Nevertheless, there are many other sources for cool IRs, and the SEs strengths put it in a niche few companies currently match—particularly at this size and price. Considering many metal players don't use much more than a boost/overdrive and maybe a delay, it's easy to see Ironball being a killer-sounding all-in-one option for a good number of them—just grab your axe and a cab (or not!) and you're set for blisteringly fun action.
See how gear consolidation—including a sneaky stereo signature StingRay, a home-built guitar, and Line 6 modelers—actually encourages more tonal tinkering.
Recently Thrice's Dustin Kensrue (vocals/guitar) and Teppei Teranishi (guitar) participated in PG's Hooked. (The video series features musicians talking about a moment, riff, or song that turned their world upside down and sideswiped them into playing.) Kensrue raved about the Pixies' dissonant melodies, while Teranishi highlighted Metallica's heavy impact. And at the conclusion of the video, they both admit the band has a lot of "Pixies" parts and "Metallica" moments throughout its catalog.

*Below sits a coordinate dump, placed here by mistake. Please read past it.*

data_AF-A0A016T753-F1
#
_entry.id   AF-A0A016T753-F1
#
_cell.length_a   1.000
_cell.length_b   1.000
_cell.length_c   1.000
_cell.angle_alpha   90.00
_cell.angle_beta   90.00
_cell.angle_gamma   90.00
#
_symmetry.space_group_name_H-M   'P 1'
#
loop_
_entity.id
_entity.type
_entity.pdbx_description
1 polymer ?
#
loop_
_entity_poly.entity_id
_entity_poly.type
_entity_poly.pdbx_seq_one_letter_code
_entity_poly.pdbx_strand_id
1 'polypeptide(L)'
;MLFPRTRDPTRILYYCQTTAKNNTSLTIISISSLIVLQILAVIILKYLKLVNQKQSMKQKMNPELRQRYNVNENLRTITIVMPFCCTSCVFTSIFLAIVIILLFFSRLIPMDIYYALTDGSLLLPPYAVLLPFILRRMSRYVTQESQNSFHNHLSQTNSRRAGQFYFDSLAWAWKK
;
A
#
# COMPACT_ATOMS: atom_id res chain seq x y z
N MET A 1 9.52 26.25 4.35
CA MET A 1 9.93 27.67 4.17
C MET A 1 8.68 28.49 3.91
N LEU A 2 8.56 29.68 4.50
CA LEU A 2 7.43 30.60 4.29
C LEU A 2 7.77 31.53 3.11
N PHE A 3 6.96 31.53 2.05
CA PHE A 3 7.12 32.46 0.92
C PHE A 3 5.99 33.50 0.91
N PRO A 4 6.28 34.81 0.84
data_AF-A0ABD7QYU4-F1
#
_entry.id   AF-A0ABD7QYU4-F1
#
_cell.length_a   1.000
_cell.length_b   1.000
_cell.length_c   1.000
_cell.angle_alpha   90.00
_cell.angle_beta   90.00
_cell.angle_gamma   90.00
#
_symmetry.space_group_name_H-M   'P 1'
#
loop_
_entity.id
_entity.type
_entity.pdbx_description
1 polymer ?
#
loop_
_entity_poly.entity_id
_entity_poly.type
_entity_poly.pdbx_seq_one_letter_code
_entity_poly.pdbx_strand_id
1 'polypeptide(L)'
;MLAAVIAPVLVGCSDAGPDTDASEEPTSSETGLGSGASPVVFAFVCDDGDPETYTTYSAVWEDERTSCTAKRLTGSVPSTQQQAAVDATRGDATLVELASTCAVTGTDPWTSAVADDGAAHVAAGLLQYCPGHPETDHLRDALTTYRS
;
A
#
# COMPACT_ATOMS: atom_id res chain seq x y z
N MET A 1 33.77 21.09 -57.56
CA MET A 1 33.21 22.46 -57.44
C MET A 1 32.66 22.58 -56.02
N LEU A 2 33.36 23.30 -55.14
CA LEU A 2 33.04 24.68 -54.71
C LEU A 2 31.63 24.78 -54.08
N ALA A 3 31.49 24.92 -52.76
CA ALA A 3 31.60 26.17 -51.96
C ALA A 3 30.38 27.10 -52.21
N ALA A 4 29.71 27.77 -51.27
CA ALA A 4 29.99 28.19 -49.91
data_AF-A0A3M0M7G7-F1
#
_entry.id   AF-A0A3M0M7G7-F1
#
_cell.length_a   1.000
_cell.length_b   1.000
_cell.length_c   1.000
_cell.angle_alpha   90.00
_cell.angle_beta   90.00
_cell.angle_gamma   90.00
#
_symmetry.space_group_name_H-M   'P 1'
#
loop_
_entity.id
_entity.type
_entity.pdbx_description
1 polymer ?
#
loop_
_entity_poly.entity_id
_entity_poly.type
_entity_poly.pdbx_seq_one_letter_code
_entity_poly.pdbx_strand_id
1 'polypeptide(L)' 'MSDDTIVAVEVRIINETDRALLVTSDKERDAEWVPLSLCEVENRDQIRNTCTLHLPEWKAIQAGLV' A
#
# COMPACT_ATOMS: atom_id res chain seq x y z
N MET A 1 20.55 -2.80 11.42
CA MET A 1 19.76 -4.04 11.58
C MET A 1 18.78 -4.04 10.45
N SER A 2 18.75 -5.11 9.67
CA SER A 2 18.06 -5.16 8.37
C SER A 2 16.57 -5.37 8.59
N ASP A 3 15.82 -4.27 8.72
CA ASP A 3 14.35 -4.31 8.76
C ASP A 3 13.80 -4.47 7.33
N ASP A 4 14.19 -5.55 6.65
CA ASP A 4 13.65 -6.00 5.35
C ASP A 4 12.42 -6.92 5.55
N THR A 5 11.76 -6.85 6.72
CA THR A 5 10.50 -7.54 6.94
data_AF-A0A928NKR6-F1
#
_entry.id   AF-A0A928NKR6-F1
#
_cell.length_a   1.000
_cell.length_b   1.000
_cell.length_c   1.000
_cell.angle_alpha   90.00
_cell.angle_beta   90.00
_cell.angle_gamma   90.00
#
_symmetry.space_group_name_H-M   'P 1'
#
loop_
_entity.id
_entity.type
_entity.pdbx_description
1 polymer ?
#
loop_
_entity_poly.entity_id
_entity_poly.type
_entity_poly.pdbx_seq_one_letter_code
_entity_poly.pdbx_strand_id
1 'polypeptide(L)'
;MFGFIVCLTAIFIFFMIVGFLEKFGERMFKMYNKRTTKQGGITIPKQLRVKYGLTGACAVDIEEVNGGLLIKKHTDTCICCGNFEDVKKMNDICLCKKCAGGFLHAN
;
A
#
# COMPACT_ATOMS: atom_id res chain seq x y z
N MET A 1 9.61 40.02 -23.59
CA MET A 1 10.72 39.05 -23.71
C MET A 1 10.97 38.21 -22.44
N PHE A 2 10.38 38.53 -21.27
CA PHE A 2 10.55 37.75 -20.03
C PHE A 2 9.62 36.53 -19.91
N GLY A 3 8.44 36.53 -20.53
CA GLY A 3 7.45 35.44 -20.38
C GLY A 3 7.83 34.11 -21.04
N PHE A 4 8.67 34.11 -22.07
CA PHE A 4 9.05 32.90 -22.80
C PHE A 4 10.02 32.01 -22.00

Over the course of 11 studio albums—with the help of brothers Eddie (bass) and Riley (drums) Breckenridge—Thrice has explored odd-timing metal (Identity Crisis and The Illusion of Safety), thrashy screamo (The Artist in the Ambulance), maturing post-hardcore (Vheissu and Palms), all-encompassing prog-rock with ethereal escapes and mammoth, surly riffs (The Alchemy Index: Vols. I-IV), and an amalgamation of it all (To Be Everywhere Is to Be Nowhere and Horizons/East). And even after all those years, all those albums, and all their discovered sounds, the Pixies and Metallica continue to be musical planets they orbit while exploring the outer realms of the sonic solar system.
Prior to headlining Nashville's Mercy Lounge in support of the just-released Horizons/East, Kensrue and Teranishi spoke with PG's Perry Bean about the changes (and reductions) in their symbiotic setups. Kensrue explains why he's shifted his live tone (and Horizons/East recordings) to be fully dependent on the Line 6 Helix, and how that impacted the design of his signature Ernie Ball Music Man StingRay. Teranishi chronicles how the pandemic-created time void sent him down the lutherie rabbit hole and resulted in a familiar-looking-but-original build.
[Brought to you by D'Addario XPND Pedalboard: https://ddar.io/xpnd.rr]
Stealthy Stereo StingRay